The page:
Cancer and Metastasis Reviews

, Volume 26, Issue 2, pp 281–290

Hypoxia: A key regulator of angiogenesis in cancer


DOI: 10.1007/s10555-007-9066-y

Cite this article as:
Liao, D. & Johnson, R.S. Cancer Metastasis Rev (2007) 26: 281. doi:10.1007/s10555-007-9066-y


Angiogenesis is an important mediator of tumor progression. As tumors expand, diffusion distances from the existing vascular supply increases resulting in hypoxia. Sustained expansion of a tumor mass requires new blood vessel formation to provide rapidly proliferating tumor cells with an adequate supply of oxygen and metabolites. The key regulator of hypoxia-induced angiogenesis is the transcription factor hypoxia inducible factor (HIF)-1. Multiple HIF-1 target genes have been shown to modulate angiogenesis by promoting the mitogenic and migratory activities of endothelial cells. Because of this, hypoxia-induced angiogenesis has become an attractive target for cancer therapy, however the mechanisms involved during this process and how best to target it for cancer therapy are still under investigation. This review will cover the current understanding of hypoxia-induced tumor angiogenesis and discuss the caveats of hypoxia-targeted antiangiogenic therapy for the treatment of cancer.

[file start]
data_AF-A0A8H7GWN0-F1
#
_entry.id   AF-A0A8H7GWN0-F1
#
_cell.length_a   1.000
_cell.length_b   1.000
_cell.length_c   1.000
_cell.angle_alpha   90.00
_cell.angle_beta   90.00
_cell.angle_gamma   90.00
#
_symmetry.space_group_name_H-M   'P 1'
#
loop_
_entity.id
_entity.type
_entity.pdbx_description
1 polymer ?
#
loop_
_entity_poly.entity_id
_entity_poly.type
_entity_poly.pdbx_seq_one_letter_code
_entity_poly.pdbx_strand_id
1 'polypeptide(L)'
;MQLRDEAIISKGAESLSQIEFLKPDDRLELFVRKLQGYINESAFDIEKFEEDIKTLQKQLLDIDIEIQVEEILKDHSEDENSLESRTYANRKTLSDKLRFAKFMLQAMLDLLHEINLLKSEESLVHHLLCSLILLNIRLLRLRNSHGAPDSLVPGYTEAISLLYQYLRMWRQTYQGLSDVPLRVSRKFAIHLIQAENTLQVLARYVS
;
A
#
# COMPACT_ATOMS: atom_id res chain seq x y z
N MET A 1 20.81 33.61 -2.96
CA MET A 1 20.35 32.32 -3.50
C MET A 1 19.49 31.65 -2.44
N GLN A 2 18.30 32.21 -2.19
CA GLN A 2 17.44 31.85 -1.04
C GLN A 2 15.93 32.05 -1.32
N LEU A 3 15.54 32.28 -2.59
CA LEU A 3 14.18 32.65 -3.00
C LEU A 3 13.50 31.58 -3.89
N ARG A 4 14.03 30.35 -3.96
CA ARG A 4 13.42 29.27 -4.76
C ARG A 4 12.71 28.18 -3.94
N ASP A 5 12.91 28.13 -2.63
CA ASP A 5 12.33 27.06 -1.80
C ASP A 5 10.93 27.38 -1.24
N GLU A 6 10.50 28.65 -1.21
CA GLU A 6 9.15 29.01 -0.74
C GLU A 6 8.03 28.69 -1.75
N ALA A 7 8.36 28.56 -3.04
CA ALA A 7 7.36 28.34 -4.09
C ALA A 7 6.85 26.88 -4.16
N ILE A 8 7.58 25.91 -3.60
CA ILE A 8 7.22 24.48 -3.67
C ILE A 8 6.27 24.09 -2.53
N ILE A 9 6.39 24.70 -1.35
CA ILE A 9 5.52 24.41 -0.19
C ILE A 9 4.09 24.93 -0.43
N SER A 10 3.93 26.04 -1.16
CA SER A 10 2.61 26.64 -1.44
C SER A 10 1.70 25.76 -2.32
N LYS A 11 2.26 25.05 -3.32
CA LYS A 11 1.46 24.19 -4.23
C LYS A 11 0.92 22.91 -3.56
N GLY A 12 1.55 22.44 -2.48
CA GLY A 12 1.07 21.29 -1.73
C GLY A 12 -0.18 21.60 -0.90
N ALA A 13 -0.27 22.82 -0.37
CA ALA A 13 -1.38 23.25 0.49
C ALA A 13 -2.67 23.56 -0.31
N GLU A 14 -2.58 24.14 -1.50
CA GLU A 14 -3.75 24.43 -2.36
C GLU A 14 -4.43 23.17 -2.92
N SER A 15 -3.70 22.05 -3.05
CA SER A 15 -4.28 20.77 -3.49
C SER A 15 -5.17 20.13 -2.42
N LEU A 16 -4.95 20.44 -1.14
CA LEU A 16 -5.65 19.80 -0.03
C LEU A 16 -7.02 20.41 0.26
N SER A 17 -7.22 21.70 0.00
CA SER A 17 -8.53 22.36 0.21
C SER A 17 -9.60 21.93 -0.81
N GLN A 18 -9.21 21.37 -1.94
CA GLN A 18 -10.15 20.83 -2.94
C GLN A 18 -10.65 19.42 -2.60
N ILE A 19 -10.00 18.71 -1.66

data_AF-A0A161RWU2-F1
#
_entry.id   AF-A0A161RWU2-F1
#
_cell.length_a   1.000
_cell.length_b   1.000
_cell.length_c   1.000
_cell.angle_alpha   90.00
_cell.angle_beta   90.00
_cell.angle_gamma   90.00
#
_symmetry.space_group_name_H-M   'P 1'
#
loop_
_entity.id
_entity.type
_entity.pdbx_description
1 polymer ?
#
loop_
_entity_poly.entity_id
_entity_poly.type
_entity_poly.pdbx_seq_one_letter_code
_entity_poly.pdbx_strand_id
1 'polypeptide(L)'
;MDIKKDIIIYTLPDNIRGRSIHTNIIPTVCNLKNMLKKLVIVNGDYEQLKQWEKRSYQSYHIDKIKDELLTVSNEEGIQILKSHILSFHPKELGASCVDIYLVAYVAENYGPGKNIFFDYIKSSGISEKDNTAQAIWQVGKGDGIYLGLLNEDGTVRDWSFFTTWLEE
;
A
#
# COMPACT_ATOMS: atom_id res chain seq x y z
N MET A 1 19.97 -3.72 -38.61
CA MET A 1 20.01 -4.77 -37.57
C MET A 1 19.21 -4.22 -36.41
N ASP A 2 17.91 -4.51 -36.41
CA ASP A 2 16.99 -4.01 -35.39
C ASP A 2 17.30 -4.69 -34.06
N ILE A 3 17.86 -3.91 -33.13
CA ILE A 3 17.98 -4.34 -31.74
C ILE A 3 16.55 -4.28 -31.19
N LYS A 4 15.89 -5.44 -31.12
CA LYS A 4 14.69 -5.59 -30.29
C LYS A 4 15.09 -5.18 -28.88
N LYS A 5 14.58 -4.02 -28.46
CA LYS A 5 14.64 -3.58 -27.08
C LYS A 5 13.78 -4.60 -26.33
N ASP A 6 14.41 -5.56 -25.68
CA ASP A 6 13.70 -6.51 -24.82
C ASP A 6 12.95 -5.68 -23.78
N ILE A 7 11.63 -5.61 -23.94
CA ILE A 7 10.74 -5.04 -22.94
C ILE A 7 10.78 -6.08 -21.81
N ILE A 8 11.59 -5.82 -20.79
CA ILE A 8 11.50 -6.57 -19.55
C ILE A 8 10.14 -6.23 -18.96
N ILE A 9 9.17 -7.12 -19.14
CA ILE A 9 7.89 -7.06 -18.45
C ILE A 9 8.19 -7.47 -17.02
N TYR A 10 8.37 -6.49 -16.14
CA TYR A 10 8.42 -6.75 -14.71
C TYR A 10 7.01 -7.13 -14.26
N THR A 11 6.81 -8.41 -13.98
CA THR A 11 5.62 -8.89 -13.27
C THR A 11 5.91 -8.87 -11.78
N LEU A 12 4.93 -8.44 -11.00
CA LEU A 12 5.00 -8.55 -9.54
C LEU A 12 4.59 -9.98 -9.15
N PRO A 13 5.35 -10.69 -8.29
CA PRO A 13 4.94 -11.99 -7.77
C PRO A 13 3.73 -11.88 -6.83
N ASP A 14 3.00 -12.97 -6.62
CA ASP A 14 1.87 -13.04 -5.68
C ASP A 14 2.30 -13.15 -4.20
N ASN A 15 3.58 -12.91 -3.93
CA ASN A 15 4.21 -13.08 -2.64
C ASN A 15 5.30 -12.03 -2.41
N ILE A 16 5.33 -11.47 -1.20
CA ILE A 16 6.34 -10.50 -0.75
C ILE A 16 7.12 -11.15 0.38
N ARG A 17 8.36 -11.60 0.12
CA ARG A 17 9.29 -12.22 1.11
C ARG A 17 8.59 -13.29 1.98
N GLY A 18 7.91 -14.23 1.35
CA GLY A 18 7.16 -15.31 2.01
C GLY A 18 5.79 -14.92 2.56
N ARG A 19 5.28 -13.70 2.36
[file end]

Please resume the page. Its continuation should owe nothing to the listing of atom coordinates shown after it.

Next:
Hypoxia Angiogenesis Cancer HIF 


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Copyright information

© Springer Science+Business Media, LLC 2007

Authors and Affiliations

  1. 1.Department of Molecular PathologyUniversity of California San DiegoSan DiegoUSA
  2. 2.Department of BiologyUniversity of California San DiegoSan DiegoUSA

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